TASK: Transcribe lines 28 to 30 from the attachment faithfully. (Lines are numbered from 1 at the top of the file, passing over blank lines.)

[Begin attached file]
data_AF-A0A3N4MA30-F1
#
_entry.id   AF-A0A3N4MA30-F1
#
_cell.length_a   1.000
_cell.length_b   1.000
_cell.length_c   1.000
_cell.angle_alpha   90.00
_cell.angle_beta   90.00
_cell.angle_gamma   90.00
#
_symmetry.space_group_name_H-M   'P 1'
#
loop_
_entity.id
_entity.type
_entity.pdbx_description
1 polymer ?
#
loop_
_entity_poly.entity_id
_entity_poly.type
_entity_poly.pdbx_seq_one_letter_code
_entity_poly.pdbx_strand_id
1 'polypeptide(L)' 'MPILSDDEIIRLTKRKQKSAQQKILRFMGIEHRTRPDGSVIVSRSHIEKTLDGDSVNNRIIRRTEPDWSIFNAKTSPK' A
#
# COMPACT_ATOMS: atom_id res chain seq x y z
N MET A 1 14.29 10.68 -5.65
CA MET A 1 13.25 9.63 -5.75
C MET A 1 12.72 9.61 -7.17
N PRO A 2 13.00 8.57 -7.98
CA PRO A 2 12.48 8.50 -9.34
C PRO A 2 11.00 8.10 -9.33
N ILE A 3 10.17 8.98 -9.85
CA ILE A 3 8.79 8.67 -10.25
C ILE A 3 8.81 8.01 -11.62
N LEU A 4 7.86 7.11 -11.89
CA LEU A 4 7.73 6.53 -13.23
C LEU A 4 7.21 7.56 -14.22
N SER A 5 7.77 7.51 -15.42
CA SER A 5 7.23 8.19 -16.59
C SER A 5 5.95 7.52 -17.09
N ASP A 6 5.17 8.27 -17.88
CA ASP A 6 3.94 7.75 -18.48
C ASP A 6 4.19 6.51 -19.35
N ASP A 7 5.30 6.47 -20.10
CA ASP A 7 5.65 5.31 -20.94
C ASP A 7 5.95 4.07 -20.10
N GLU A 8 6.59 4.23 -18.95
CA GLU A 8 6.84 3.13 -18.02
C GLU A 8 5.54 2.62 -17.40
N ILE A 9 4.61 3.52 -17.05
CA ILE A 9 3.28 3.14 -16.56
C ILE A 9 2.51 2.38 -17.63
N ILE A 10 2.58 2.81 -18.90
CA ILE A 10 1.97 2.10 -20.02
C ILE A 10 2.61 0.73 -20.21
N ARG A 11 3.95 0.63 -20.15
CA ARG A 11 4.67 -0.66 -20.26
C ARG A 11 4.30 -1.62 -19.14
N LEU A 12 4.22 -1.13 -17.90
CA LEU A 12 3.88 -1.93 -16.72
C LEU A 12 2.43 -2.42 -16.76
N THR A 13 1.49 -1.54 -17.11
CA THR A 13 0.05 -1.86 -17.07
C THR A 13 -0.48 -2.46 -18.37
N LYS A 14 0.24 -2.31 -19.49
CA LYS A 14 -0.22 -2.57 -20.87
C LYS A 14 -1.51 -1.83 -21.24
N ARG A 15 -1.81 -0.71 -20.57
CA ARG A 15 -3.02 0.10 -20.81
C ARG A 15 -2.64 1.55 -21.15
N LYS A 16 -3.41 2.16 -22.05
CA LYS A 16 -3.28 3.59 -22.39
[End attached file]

N MET A 1 14.29 10.68 -5.65
CA MET A 1 13.25 9.63 -5.75
C MET A 1 12.72 9.61 -7.17